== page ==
After preliminary optimisation on the extraction of gDNA from polar soils, the FastDNA SPIN kit for soil (MP Biomedicals, Seven Hills, NSW, Australia) was selected over other commercial soil DNA extraction kits based on higher DNA yields, and the amount of soil used for the extractions was reduced from 0.5 g to approximately 0.25–0.30 g (data not shown). Each soil sample was extracted in triplicate and gDNA was quantified using a Picogreen assay (Life Technologies, Australia), with absorbance measured using a fluorescence plate reader (SpectraMax M3 Multi-Mode Microplate Reader, Molecular Devices, USA). In order to account for extraction, amplification and sequencing variability within samples, all three independently extracted DNA replicates were sequenced for the un-spiked control soil (Table 1).

Pyrosequencing targeting the 16S rRNA gene

The extracted DNA were purified and amplified for 454 FLX titanium pyrosequencing with the 16S rRNA gene universal primers; 28F and 519R according to the methods outlined in Dowd et al.33. Raw sequence data was provided in the form of standard flowgram format (sff) files. The sequences and flowgrams were extracted from the sff files, de-multiplexed and error-checked via the Pyronoise algorithm34 in MOTHUR35. Further quality screening of the sequence data was completed according to the pipeline in van Dorst et al. Bacterial seed sequences were aligned to the curated SILVA secondary structure alignment36. Aligned 16S sequences were then clustered into OTUs based on 96% sequence similarity as the best definition for species-level OTUs in this region of the 16S gene37. Taxonomic assignment of the identified bacterial OTUs was performed using the Greengenes 2011 database trimmed to the same region as our amplicons (V1-V3)38. An OTU abundance-by-sample matrix was generated from the bacterial dataset with MOTHUR35. As an additional stage of quality control, global 16S rRNA gene sequence singletons were removed from the dataset and sequences were subsampled to the lowest number of reads pre sample (1950). The final processed sequences were deposited into NCBI database under the project accession number PRJNA338201.

Calculation of diversity estimates from pyrosequencing data

To evaluate the overall bacterial diversity recovered from the SSMS following pyrosequencing samples, aerobic and anaerobic sequences were combined for each fuel concentration analysed. Multivariate data analysis was conducted with the software packages PRIMER v6 and Permanova+. To account for the log-normal distribution of the data, the abundance-by-sample matrix was square root transformed. After transformation the skewness and kurtosis was reduced closer to 0. For sample comparison the abundance-by-sample matrix was then standardised to express the OTU abundances as relative abundances. The community diversity estimates of richness, Pielou’s evenness coefficient (J), Shannon (H’) and Simpson (λ) were calculated in PRIMER. To interrogate the shared diversity between the SSMS enrichments and the soil samples, the consistent OTU’s were identified and multiplied by their relative abundance. The resulting shared diversity was calculated for each diesel fuel concentration range and expressed as a percentage of the total soil diversity. A two-tailed student’s T-test was used to test the null hypothesis that diesel fuel concentration made no difference in the shared diversity between methods.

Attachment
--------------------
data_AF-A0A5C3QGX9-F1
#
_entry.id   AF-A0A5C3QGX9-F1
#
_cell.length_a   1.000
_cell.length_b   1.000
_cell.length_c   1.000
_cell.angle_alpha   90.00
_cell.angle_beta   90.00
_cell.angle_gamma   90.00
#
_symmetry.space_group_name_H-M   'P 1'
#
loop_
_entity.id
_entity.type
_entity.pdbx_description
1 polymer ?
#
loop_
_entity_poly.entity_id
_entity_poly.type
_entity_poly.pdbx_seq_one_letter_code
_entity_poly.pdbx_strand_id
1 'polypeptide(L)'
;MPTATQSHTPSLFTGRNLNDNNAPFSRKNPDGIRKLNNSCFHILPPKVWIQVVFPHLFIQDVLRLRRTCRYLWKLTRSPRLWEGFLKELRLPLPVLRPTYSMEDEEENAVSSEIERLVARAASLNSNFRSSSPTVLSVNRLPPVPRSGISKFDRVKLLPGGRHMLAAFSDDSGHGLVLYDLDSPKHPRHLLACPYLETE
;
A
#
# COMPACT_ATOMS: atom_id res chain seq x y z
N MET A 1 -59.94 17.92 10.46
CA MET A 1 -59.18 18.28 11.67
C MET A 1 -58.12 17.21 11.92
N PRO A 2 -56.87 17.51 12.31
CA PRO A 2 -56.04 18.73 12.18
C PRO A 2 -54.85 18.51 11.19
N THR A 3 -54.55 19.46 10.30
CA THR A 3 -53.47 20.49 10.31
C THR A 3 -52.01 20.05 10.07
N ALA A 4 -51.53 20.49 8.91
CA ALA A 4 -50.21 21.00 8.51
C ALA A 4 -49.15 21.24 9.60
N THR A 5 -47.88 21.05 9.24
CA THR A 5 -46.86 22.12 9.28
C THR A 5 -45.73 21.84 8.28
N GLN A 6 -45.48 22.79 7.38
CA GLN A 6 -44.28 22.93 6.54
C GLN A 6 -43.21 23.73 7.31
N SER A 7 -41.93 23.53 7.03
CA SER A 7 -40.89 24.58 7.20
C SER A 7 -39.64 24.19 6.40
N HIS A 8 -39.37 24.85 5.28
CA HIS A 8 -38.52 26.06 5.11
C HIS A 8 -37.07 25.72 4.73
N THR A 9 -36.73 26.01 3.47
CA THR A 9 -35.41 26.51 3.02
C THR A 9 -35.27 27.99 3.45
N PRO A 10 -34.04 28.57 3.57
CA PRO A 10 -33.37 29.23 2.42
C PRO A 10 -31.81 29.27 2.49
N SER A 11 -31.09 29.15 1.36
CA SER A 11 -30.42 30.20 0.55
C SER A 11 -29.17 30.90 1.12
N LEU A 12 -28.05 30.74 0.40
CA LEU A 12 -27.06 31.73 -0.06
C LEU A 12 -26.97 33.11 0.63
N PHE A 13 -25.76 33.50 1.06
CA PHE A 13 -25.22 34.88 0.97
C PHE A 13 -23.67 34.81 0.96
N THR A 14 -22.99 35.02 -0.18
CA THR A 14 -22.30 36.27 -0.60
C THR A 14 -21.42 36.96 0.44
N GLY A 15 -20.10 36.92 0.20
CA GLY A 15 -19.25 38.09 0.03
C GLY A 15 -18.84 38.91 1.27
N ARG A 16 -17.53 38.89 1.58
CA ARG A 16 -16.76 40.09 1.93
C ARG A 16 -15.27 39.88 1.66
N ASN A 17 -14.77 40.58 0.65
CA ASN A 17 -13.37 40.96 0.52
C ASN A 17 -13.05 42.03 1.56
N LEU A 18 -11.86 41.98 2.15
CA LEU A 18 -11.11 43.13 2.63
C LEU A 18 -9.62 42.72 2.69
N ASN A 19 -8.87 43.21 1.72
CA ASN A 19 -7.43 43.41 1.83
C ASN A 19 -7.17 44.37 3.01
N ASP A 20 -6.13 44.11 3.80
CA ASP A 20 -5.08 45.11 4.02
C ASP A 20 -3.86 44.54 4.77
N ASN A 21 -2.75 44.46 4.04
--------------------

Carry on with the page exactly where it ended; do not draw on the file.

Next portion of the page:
Response of individual genera to diesel fuel

The log abundance of individual genera was plotted against the log TPH concentration. Linear equations were fitted to the observed dose response and solved to determine the slope of the line. The fit of the linear model was assessed by calculating a sum of squares test with significance set at P < 0.05. The results were summarised in a volcano plot where the x-axis indicated the slope of the line (negative values infer inhibition and positive values infer stimulation), and the y-axis indicated the −log (P value). Calculating the –log of the P values allowed the genera with the greatest linear relationship to TPH to be positioned towards the top of the plot, and individual genera with the most substantial shifts in relative abundances positioned furthest from the middle of each plot.


Comparison of culture dependent verses independent methods to capture bacterial diversity

As expected, molecular approaches sequencing total gDNA (directly from the soils or SSMS enrichments) recovered far greater numbers of species, genera and phyla than the pure culture dependent methods alone (Fig. 2, Table 2). Of the pure culture dependent approaches, the SSMS and artificial media combination recovered more genera and species than culturing directly from the soil alone. Yet both cultivation approaches recovered members from the same four phyla; Proteobacteria, Firmicutes, Actinobacteria and Bacteroidetes.

Table 2 Diversity of bacterial members at Phylum level using culture dependent and culture independent methods.
Figure 2
figure 2

The number of unique phyla (A) and genera (B) recovered with culture dependent and culture independent techniques. Numbers recovered are grouped by diesel fuel concentration ranges; low (DL-400 mg kg−1), medium (401–5000 mg kg−1) and high (>5000 mg kg−1). The total extraction of gDNA from SSMS enrichments and directly from soil retrieved considerably more species than the culturing techniques. The pyrosequencing results revealed a peak in unique phyla and genera at mid-level diesel fuel concentrations.